- Seattle Mayor Jenny Durkan and City Attorney Pete Holmes announced they will appeal the Federal Communications Commission’s (FCC) decision to streamline rules on 5G infrastructure deployment.
- The pair said the decision, which was handed down last week, limits local control and will undermine efforts to address the digital divide, while also increasing costs due to a cap on fees that cities can charge telecom companies for infrastructure installation.
- "Seattle is working on innovative ways to lead on the deployment of next-gen technologies like 5G wireless networks," Durkan and Holmes said in a joint statement. "But we cannot support an Order that commandeers City resources for private gain, limits municipal control over its own resources, and tramples local concerns over safety and access."
After threats of legal action from the likes of San Jose, CA and the U.S. Conference of Mayors, Seattle is the first to take concrete steps against the FCC’s ruling — but it may not be the last. It is significant that Seattle is the city taking action, after having been used by both Verizon and Sprint as a trial city for mobile 5G last year.
Seattle has agreements in place with several telecom companies to install infrastructure, with those fees helping pay for initiatives around closing the digital divide. Durkan and Holmes also said multiple city departments will be impacted by the order, including Parks and Recreation and Seattle City Light, among others. "We are particularly concerned about how the Order will compromise the safety, security, and reliability of critical electrical infrastructure, City Light’s utility poles,” the pair said in the statement.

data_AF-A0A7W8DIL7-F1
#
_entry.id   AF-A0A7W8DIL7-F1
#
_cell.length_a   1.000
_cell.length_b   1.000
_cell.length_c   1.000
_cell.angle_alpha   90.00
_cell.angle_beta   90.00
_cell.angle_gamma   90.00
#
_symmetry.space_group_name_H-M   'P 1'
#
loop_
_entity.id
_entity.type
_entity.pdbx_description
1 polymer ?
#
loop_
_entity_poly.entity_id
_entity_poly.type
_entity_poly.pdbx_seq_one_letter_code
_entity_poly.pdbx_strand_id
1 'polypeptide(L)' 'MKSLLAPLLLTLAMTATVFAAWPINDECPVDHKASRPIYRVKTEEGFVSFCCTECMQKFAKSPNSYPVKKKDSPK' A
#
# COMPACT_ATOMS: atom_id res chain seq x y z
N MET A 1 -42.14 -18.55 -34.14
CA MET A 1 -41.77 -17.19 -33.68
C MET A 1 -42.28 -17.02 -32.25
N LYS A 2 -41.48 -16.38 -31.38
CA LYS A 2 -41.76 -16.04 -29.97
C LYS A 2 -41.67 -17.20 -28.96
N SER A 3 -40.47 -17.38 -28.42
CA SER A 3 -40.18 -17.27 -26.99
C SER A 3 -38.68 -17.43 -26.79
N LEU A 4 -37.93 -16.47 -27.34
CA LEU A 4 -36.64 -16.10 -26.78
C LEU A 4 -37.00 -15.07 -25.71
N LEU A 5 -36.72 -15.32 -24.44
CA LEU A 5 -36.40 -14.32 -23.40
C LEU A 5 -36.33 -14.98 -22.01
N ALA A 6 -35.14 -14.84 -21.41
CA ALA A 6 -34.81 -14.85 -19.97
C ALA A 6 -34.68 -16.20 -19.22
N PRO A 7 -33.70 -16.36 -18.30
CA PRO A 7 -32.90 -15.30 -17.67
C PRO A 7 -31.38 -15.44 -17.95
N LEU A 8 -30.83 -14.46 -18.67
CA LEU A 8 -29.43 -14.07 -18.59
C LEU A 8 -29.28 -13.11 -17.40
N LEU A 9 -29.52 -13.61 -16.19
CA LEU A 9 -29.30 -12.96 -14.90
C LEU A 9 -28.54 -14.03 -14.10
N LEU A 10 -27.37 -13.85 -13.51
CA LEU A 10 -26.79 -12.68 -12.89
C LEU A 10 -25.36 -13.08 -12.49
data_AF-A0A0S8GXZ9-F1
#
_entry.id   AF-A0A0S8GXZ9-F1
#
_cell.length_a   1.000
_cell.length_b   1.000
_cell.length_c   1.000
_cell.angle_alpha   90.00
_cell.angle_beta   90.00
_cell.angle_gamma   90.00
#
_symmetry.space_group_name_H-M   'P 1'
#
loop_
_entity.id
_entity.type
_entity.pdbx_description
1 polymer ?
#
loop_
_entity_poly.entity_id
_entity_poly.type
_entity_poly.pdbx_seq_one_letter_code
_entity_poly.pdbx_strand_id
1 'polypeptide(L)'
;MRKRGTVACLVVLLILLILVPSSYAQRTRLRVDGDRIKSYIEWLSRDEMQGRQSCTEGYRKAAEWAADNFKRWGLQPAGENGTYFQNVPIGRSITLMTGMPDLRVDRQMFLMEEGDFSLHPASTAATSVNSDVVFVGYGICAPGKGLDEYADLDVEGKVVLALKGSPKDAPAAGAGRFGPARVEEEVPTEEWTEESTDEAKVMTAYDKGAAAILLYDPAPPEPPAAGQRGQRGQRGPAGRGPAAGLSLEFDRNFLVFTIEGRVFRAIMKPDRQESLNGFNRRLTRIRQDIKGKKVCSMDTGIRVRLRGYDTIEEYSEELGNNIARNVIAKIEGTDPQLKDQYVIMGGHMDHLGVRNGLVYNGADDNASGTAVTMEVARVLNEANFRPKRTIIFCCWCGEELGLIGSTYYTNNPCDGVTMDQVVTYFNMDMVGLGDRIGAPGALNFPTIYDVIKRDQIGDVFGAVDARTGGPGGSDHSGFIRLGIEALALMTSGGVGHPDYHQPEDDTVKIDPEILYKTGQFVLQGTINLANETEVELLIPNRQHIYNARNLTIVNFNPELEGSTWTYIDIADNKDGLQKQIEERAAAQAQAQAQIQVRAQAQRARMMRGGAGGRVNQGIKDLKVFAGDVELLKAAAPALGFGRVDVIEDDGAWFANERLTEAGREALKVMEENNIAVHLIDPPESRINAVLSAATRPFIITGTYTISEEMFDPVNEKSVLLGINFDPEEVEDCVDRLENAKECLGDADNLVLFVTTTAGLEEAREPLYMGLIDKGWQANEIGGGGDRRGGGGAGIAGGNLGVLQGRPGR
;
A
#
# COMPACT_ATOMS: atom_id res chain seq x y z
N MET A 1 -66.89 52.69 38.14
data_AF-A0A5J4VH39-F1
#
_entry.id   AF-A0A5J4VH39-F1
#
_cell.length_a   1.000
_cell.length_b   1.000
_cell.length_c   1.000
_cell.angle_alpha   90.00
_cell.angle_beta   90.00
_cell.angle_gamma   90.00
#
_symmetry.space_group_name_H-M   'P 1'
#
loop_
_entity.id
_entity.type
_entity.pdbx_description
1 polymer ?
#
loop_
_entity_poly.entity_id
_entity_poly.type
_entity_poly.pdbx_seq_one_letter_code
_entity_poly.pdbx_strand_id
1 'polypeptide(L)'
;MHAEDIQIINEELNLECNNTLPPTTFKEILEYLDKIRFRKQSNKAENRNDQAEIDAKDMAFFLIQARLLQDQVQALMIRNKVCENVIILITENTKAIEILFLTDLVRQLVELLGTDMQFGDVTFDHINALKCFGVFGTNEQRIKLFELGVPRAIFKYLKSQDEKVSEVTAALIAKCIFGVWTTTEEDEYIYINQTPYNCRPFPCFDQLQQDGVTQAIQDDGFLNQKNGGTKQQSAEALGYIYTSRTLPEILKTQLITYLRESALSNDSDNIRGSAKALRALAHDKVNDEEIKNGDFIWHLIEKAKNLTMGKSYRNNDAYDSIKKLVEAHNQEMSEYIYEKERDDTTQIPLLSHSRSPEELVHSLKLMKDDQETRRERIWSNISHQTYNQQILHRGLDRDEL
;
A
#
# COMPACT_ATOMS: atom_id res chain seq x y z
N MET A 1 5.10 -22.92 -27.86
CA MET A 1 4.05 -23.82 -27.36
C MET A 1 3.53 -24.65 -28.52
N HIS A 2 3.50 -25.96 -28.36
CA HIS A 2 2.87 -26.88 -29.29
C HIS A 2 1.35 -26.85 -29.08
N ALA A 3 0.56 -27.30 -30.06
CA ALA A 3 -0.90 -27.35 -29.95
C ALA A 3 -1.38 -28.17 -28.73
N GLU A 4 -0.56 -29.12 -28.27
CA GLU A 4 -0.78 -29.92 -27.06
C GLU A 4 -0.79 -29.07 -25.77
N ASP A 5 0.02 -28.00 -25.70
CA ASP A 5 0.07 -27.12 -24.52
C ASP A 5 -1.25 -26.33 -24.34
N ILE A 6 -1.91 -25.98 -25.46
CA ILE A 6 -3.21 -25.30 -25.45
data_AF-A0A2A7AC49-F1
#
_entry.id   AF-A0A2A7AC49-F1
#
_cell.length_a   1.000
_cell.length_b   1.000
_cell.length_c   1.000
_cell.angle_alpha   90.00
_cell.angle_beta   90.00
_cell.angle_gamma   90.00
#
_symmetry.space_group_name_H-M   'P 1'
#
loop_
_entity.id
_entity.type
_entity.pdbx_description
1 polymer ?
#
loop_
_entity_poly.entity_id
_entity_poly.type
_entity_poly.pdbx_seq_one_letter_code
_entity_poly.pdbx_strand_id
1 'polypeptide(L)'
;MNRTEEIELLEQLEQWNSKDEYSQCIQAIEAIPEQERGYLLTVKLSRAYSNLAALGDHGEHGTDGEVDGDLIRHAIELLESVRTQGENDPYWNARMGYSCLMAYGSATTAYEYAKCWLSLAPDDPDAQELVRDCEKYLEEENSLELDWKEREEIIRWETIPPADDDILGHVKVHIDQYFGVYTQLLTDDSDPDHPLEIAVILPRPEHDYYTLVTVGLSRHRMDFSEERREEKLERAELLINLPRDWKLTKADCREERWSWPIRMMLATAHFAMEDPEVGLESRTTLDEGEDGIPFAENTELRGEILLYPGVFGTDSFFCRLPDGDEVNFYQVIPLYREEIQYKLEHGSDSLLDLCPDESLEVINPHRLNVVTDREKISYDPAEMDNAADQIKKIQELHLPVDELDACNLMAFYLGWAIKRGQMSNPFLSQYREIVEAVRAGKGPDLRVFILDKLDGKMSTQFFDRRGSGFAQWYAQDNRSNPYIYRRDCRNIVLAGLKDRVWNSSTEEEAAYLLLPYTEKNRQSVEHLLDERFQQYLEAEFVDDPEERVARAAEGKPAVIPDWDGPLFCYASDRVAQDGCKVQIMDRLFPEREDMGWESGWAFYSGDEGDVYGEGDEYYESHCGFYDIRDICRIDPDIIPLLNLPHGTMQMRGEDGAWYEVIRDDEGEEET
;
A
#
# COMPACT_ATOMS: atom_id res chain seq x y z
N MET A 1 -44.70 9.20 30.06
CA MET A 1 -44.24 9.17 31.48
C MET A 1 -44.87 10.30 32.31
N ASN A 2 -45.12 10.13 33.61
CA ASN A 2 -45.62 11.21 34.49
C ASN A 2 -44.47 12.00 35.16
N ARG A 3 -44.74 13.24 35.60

During the FCC’s deliberations, Chairman Ajit Pai acknowledged that litigation is likely from cities, although he said their intentions might be less than pure in suing the federal authorities. "[Some localities] would like to continue extracting as much money as possible in fees from the private sector and forcing companies to navigate a maze of regulatory hurdles in order to deploy wireless infrastructure," Pai said.
Gerard Lederer, a partner at the Best Best & Krieger LLP law firm, warned at an event on 5G hosted by Politico that the FCC may regret not partnering more with state and local governments. With many considering their options, litigation and formal appeals might become more widespread — whether cities partner with Seattle or go it alone.